# Introduction of the theory of combinatorial games and a variant of the game of Nim.

In a combinatorial game there are two kinds of positions. One kind is a P-position, a previous-player-winning position. The other is an N-position, a Next-player-winning position.

Let me explain about these positions. In the followings we use the word option to mean "choice of move". Our aim is to find all the P-positions.
By the definition of P-position and N-position it is clear that they have the following properties.

Graph 1.1.

Here we are going to present a bitter chocolate problem that is a variant of the game of Nim.

Definition 1.1.   Given a pieces of chocolate, where the light gray parts are sweet and the dark gray part is very bitter.Two players in turn break the chocolate (in a straight line along the grooves) and eats the piece he breaks off.The player to leave his opponent with the single bitter part is the winner.

We are going to study this problem by using examples.

Example 1.1.   We are going to use the chocolate in Graph 1.2. This has been proposed in .

Graph 1.2.                                            Graph 1.3.

It is easy to see that this problem is equivalent to the chocolate problem in Graph 1.3, and hence it is mathematically same as the game of Nim with 4 piles.
The chocolate of Graph 1.2 has 8 columns and 9 rows, but we can study the bitter chocolate problems with arbitrary numbers of rows and columns.
We can represent the position of the game with 4-numbers  , where are
non-negative integers. For example the position of the chocolate of Graph 1.2 is
{6,4,2,3}. When it is your turn, you choose one of the 4 coordinates and subtract a natural number that is smaller than or equal to the coordinate. These 4 coordinates are independent, i.e., you can subtract a natural number from one coordinate without affecting other coordinates.

Definition 1.2.   Here we are going to define the nim-sum. The nim-sum is the sum in binary neglecting all carries from one digit to another. The nim-sum of non-negative integers and is denoted by .

Note that you can find an explanation of nim-sum online, if you cannot understand the definition.

Example 1.2.   We are going to calculate . Since and , Similarly , since .
From these calculation it is easy to see that implies , and .

Theorem 1.1.   In the game of Example 1.1 is a P-position if and only if .

We omit the proof, because this is a well known fact about the game of Nim. This theorem was proved in [2].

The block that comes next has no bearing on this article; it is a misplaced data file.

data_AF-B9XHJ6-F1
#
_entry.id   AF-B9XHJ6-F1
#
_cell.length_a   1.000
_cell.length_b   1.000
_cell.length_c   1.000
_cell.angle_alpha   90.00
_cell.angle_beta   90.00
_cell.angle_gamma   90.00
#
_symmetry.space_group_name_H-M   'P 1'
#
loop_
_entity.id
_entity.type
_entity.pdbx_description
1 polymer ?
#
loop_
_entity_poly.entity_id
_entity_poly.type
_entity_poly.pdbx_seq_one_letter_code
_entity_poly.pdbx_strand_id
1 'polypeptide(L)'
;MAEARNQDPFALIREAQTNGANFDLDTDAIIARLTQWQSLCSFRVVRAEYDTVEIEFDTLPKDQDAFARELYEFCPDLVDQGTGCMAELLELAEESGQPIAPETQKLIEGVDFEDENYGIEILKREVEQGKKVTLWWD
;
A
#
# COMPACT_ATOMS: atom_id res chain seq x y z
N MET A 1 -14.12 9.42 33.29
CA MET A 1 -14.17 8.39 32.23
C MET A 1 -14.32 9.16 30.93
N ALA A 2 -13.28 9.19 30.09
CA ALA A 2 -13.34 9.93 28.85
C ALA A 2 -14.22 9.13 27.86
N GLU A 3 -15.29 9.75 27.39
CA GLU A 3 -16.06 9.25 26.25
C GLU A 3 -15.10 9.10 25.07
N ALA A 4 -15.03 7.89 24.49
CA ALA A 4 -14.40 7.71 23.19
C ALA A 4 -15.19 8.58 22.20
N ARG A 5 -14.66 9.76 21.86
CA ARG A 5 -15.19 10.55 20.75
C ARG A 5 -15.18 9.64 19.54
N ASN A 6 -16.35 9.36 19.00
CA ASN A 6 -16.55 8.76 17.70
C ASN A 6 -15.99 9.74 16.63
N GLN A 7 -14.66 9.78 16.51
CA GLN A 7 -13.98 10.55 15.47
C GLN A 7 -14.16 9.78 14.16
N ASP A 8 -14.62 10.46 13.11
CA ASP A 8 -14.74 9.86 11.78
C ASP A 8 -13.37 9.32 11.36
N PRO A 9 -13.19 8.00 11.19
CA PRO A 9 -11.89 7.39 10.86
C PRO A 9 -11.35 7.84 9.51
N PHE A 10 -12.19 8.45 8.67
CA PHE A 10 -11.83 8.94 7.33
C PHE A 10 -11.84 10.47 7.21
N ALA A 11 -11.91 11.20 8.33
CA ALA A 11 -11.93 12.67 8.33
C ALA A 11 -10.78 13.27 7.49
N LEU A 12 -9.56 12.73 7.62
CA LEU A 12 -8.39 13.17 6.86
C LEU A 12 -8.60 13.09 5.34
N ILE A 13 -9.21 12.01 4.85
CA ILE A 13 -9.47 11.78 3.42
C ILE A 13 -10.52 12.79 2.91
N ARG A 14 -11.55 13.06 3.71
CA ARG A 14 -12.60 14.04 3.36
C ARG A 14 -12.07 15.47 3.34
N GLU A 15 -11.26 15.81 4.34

By Theorem 1.1 the P-positions of the chocolate problem of Example 1.1 can be obtained by mathematical theory, but in many other combinatorial games it is often the case that it is difficult to get all the P-positions mathematically, and we can get the list of P-positions only by the calculation of computers.
When we calculate P-positions by computers, one of the most important tools for that is the Grundy Number.

Here we are going to define Grundy Number using the the game of Example 1.1 as an example.
First we define a very important function .

Definition 1.3.   The Mex of a set of nonnegative integers is the least nonnegative integer not in the set.

Example 1.3.   and .

Definition 1.4.   For any position x we denote by the set of all the positions that players can reach directly from the position x.

Example 1.4.   We are going to use the chocolates of Example 1.1 to explain about . Let x = {1, 1, 1, 2}. Then this position is the following chocolate. See Graph 1.4.

Graph 1.4.

From this position the player can reach the positions in Graph 1.5.

Graph 1.5.

Therefore = {{0, 1, 1, 2}, {1, 0, 1, 2}, {1, 1, 0, 2}, {1, 1, 1, 1}, {1, 1, 1, 0}}.

We are going to define the Grundy Number.

Definition 1.5.   Let be the set of positions from which the players can have no legal option.
For any position
x we define G(x) = 0.
Let be the set of positions from which the players can choose a proper option that leads to .
For any position
x we define G(x) = 1.
For any position
x we define G(x) recursively.
G(
x) = .
For the details of the Grundy Number see [4].

By the theory of Grundy Number we know that x is a P-position if and only if G(x) = 0. Therefore we can find P-positions by calculating Grundy Number G(x)